Ignorance Is Not Always Bliss Part I

So I’ve wanted to write this series for a while. I feel like one of the biggest problems people have with wine is that they have no idea what kind of grapes they like because there are so many. That is, essentially, the coolest thing about wine. The diversity, the choices. But lots of choices can be overwhelming. For example, when you go grocery shopping and finally get everything put away and realize you want to make something to eat. Well, you just went grocery shopping so you’re fully stocked. What do you pick? I usually end up staring blankly into the refrigerator for a while before I realize that I can’t choose. I want to try a little bit of everything (By the way I saw a commercial the other day making fun of this so it must be a serious enough problem). Wine is a bit like that. So this series is going to tackle different grapes and what these grapes provide for a wine. I hope this helps because a little bit of knowledge can take a lot of uncertainty out of the choice.

Vinis Vinifera: I like to give a little bit of background so your knowledge of a subject is a little more well-rounded. Now almost all of the world’s wines are made from the vine species Vinis Vinifera and all of the world’s greatest wines are made exclusively from this vine. There are over 1,000 different grape varieties but for the most part a few dozen or so are the “mainstream” grapes that you will most likely see in liquor stores and wine shops.

Cabernet Sauvignon: I wanted to start with red grapes because they are simply, in my opinion, they make the most complex and sophisticated wines.

The Facts: This grape often gives off rich aromas and flavors that can range from black cherries to briery berries. Cabernet Sauvignon has great aging potential and has an affinity to oak. It is one of the most widely recognized red grapes out there and is so for making huge, sometimes overwhelming wines and because it is so resilient to rot and frost. Usually paired with deep meaty dishes, like steak or hamburgers, and isn’t usually drank by itself. Except I do it all the time. *NOTE: Will most likely stain your teeth purple*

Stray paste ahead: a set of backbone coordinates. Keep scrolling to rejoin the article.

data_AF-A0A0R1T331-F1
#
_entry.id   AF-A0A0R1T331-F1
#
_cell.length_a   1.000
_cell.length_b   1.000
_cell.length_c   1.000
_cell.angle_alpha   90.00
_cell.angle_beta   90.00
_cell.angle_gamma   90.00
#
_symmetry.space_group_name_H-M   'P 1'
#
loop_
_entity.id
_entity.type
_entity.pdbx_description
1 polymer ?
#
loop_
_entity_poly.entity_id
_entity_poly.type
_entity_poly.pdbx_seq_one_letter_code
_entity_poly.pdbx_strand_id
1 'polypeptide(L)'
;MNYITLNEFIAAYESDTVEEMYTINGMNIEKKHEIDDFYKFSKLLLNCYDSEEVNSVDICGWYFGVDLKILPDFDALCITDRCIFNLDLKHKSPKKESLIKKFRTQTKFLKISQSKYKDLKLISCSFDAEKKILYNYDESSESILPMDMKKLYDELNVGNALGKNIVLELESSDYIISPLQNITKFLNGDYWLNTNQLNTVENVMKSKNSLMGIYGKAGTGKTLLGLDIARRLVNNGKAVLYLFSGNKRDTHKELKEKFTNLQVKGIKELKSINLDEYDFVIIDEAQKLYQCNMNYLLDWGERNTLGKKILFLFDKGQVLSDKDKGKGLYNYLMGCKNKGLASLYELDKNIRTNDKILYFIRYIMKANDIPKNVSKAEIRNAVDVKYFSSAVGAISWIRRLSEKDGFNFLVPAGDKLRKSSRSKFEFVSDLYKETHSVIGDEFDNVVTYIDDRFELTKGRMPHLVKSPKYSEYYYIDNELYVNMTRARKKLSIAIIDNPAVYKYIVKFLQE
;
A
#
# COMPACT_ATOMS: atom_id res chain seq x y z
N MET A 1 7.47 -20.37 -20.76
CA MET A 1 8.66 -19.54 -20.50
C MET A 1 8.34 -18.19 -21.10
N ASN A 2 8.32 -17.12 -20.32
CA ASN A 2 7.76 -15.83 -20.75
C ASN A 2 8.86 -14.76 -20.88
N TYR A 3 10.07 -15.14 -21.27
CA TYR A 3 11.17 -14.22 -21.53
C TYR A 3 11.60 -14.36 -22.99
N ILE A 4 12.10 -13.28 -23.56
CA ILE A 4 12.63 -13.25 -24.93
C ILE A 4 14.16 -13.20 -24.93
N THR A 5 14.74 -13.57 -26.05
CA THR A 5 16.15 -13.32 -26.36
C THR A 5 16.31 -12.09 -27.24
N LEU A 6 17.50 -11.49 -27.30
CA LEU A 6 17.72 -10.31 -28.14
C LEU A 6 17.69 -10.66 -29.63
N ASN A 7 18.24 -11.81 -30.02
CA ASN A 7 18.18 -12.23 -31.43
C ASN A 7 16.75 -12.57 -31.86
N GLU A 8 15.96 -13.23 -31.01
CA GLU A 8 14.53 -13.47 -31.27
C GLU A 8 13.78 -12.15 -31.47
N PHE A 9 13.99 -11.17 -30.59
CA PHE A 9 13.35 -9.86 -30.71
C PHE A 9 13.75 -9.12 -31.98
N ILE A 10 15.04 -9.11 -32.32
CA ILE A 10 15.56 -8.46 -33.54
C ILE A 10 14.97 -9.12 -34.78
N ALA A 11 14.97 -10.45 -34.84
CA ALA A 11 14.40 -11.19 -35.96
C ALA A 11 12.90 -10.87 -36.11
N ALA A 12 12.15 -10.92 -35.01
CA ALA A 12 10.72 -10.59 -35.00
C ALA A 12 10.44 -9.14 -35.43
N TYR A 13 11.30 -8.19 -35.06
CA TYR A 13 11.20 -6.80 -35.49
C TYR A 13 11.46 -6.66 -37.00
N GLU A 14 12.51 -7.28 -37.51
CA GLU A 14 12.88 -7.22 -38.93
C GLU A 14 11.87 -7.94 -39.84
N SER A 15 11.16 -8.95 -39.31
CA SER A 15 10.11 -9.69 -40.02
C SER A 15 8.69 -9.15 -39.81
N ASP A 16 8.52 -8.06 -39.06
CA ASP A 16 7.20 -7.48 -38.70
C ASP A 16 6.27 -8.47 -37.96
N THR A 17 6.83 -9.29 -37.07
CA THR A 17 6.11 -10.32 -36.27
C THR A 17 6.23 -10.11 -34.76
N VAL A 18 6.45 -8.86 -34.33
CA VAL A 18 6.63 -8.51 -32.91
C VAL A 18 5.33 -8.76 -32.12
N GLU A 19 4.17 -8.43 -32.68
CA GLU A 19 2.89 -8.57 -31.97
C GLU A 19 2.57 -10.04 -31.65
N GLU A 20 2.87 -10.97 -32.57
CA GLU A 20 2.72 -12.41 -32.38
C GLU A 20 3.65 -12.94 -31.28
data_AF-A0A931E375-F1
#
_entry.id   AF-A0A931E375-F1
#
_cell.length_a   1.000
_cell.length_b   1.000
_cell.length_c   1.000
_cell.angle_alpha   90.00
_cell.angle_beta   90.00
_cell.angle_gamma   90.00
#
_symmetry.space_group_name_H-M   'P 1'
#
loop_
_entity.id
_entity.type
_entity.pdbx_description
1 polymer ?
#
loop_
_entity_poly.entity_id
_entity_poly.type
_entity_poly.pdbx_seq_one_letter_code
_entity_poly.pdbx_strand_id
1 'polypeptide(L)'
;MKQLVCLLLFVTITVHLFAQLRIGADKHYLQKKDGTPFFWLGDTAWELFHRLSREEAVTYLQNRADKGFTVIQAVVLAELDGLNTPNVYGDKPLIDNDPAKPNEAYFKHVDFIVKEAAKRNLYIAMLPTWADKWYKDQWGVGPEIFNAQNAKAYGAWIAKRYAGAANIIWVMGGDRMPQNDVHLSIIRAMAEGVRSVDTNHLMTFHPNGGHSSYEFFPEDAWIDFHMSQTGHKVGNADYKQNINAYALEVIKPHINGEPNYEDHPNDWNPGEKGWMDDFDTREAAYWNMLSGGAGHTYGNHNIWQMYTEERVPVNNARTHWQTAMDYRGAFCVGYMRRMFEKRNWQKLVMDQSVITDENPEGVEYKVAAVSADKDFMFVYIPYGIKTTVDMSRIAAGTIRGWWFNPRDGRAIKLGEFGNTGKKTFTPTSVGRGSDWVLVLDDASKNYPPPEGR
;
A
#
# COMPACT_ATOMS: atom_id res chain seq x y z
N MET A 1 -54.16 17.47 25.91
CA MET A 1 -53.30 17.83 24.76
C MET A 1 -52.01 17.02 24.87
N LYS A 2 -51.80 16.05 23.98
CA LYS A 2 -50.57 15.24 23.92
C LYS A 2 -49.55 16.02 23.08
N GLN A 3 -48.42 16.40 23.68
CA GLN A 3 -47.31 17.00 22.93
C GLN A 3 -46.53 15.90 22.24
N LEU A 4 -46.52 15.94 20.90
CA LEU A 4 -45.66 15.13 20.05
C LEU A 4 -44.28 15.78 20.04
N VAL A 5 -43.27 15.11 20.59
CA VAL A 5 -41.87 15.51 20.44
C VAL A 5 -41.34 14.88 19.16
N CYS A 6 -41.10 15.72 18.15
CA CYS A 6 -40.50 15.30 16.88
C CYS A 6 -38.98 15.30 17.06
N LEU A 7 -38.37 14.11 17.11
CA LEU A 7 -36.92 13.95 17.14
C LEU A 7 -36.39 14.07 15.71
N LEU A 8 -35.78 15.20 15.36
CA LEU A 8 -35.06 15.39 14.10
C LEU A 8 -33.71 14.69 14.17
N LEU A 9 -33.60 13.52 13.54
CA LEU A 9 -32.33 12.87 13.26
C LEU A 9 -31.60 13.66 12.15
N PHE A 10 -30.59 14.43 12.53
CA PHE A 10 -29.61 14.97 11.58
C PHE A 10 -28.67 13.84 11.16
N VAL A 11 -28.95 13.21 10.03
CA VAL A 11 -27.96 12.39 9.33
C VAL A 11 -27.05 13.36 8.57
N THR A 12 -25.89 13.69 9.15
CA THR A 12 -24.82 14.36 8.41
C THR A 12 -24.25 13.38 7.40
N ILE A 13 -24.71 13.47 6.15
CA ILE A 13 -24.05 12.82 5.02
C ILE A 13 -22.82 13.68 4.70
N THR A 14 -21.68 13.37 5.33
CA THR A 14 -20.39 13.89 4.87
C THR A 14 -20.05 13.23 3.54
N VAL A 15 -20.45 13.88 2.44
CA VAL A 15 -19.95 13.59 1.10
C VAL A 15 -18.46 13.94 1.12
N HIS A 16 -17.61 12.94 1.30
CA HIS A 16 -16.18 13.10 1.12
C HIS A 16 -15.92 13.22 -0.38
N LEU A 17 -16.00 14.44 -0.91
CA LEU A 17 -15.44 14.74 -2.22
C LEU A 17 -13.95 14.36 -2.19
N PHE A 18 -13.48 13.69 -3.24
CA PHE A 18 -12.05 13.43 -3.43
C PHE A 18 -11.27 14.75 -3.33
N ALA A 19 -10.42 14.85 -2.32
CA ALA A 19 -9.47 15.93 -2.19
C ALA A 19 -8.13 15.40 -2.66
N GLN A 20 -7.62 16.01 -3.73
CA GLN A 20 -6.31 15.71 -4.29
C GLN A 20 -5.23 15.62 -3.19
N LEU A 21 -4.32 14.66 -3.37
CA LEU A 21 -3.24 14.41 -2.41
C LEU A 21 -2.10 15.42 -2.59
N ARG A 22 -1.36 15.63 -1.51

My Opinion: A great wine to have for lovers of reds. If you are trying to get into reds or get someone else into reds, this is not one of the wines I would suggest. It is great when used in blends or by itself. A very complex wine that will definitely change as it has time to breath. Best to decant for at least a half hour before drinking but it isn’t vitally necessary. I would really only suggest this wine to lovers of complex wines or if you’re having it with food. The tannins in it, due to the fact that it is such a thick-skinned grape, will give you a nice swift kick in the cheeks and tongue but give it a couple chances. Your taste buds will go through shock with it but once they get used to it, so will you.

Stay tuned for the next parts where I will cover more red grapes that are used in blends, rosés, and sparkling wines.

Ryan Evans – Wine Editor/ The Wine Guy

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1 Response to “Ignorance Is Not Always Bliss Part I”


  1. 1 Paul Stonier December 1, 2008 at 11:33 am

    Cab Sauv’s are generally nice, but you have to be careful of getting too much oak. A wise man described oak as makeup for wine, whereas the terroir should be the star of the wine.

    Ever have a wine with Petite Verdot?


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